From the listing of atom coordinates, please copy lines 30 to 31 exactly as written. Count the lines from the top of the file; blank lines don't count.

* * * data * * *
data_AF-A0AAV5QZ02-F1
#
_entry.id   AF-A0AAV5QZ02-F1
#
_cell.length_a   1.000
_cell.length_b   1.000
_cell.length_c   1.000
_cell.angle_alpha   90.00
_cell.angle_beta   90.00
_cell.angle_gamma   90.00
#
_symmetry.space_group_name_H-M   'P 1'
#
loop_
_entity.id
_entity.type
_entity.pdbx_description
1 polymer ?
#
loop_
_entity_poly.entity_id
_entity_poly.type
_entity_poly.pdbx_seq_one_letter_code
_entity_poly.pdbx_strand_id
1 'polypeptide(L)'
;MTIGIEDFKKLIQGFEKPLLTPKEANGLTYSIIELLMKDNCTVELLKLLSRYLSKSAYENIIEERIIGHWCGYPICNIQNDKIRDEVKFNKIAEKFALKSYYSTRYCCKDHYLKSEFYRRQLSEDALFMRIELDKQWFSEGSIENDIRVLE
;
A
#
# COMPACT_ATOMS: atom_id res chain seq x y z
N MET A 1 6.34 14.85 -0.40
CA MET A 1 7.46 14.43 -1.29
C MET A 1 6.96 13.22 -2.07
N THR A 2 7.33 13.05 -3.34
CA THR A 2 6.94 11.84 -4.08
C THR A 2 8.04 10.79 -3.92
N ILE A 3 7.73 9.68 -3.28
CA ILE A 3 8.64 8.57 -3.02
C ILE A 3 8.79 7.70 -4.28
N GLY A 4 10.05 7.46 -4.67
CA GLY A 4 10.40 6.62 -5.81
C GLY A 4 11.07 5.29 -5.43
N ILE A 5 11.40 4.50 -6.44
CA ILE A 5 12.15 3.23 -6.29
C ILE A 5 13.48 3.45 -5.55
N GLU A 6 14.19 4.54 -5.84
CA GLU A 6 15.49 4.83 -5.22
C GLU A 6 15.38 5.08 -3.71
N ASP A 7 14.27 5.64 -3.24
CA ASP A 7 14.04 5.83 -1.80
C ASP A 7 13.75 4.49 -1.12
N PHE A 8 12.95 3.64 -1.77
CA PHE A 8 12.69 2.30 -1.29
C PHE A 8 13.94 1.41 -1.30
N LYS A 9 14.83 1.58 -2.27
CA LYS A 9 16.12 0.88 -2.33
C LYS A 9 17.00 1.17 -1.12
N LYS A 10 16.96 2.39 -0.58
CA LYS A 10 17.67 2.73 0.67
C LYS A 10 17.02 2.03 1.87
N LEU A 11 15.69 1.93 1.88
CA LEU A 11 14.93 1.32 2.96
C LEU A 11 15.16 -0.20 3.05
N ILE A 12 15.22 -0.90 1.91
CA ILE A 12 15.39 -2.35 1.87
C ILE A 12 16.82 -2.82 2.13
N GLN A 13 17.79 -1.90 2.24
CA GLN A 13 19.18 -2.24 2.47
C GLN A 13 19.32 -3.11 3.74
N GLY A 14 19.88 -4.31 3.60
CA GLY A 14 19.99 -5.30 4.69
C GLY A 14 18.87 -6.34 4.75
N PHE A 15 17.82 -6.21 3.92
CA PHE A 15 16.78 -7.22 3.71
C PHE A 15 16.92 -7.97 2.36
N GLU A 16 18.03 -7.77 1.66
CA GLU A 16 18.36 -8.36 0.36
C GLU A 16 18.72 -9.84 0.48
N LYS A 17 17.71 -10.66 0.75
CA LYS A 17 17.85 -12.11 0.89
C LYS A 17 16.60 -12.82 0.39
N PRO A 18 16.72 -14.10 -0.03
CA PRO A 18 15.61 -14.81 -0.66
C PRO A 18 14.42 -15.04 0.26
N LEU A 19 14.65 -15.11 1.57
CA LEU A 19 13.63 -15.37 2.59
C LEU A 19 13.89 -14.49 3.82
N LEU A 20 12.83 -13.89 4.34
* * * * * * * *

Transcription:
# COMPACT_ATOMS: atom_id res chain seq x y z
N MET A 1 6.34 14.85 -0.40